BUILDING #19 ARTIST NOW COACHES CARTOONISTS
HINGHAM - Cartoonist and Scituate native Mat Brown says there's a lot to love about being an artist. Brown, best known locally as the artist whose work adorned Building #19's fliers for decades, has met a lot of interesting people. and gotten to tell stories to a lot of people in his own way. But as he told a roomful of children at the Hingham Public Library on Wednesday night, his favorite thing about his job is that he can't mess it up.“ "We're artists. We can take all the freedom that we want. There are no rules”, he said. Brown coached about a dozen children in grades 3 through 7 on the basics of drawing a cartoon character. He advised them to keep their hands steady and try to draw from the shoulder. He said to think in three-dimensional shapes rather than flat lines. Soon, unique images popped up around the room, though each child was responding to the same set of prompts.The introductory class was a way for Brown to recruit participants for his Cartoon College program, a seven-week course that kicks off in April and is open to sixth, seventh and eighth-graders.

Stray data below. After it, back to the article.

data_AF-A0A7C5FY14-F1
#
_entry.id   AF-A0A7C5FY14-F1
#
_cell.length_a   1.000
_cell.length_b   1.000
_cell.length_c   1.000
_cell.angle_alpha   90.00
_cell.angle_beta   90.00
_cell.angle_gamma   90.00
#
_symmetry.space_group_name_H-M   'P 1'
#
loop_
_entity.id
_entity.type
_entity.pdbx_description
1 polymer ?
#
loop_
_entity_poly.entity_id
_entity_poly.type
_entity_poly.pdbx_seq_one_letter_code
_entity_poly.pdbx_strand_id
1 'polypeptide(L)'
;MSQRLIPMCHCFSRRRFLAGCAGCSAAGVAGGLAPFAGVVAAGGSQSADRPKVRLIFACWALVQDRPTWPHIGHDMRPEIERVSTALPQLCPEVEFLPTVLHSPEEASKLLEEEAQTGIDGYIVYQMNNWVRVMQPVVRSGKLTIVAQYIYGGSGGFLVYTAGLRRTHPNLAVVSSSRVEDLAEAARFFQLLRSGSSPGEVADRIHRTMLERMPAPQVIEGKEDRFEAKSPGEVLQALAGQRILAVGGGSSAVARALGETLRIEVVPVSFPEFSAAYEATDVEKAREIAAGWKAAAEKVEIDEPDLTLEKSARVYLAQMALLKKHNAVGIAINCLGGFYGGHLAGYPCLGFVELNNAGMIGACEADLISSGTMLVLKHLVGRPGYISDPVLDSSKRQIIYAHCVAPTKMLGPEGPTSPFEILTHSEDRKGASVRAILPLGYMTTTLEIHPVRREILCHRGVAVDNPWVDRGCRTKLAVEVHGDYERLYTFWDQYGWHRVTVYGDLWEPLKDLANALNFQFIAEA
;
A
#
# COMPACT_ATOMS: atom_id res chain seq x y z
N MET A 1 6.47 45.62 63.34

Brown has 20 years of teaching experience in local schools under his belt, and still can't get enough."I think kids are great because they are always way better than you think they are going to be," he said. Not only has Brown had a long career in teaching, his fliers for the now-defunct Building#19 were legendary across the South Shore and beyond. More than just ads for that week's deals, the circulars contained clever quips and hidden humor. Brown attributes the success of his drawings to the freedom he was afforded at that job. "If I had someone looking over my shoulder ... I never would have done it," said Brown, who began working for the store in 1967. As Brown circled the room, grabbing a pencil and occasionally altering his students' creations, he peppered the children with praise when he saw promising work. He often holds workshops of this nature, and he said including others in his work is important to him. "I'm sort of outgoing, which is good. Cartoonists work alone, and it's a lonely life unless you learn to get out," he said.Brown spent several years as a cartoonist at The Patriot Ledger before he went to work at Building #19. He said he finds it sad that editorial cartoons are less a part of the newspaper industry than they once were."(Cartooning) has become a hobby rather than a job," he said. "It's a shame, because I know that you sure can make people mad with a cartoon. I think papers are really missing something."